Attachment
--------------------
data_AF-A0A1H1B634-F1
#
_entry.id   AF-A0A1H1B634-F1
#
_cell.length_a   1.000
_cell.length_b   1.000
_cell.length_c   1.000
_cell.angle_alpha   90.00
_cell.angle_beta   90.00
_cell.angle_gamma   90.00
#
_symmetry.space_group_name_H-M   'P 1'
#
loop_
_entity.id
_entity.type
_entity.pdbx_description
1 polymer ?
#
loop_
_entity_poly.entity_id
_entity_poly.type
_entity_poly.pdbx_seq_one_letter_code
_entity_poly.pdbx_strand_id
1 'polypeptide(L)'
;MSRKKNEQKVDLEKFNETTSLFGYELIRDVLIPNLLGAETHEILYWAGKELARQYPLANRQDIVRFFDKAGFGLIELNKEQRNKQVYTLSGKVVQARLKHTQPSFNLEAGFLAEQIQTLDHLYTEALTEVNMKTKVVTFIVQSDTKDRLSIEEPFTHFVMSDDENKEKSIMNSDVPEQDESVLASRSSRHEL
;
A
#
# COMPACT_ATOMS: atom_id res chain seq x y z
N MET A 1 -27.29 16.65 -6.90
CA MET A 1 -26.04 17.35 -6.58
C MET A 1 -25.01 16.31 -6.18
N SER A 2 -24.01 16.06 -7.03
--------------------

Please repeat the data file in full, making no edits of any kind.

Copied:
data_AF-A0A1H1B634-F1
#
_entry.id   AF-A0A1H1B634-F1
#
_cell.length_a   1.000
_cell.length_b   1.000
_cell.length_c   1.000
_cell.angle_alpha   90.00
_cell.angle_beta   90.00
_cell.angle_gamma   90.00
#
_symmetry.space_group_name_H-M   'P 1'
#
loop_
_entity.id
_entity.type
_entity.pdbx_description
1 polymer ?
#
loop_
_entity_poly.entity_id
_entity_poly.type
_entity_poly.pdbx_seq_one_letter_code
_entity_poly.pdbx_strand_id
1 'polypeptide(L)'
;MSRKKNEQKVDLEKFNETTSLFGYELIRDVLIPNLLGAETHEILYWAGKELARQYPLANRQDIVRFFDKAGFGLIELNKEQRNKQVYTLSGKVVQARLKHTQPSFNLEAGFLAEQIQTLDHLYTEALTEVNMKTKVVTFIVQSDTKDRLSIEEPFTHFVMSDDENKEKSIMNSDVPEQDESVLASRSSRHEL
;
A
#
# COMPACT_ATOMS: atom_id res chain seq x y z
N MET A 1 -27.29 16.65 -6.90
CA MET A 1 -26.04 17.35 -6.58
C MET A 1 -25.01 16.31 -6.18
N SER A 2 -24.01 16.06 -7.03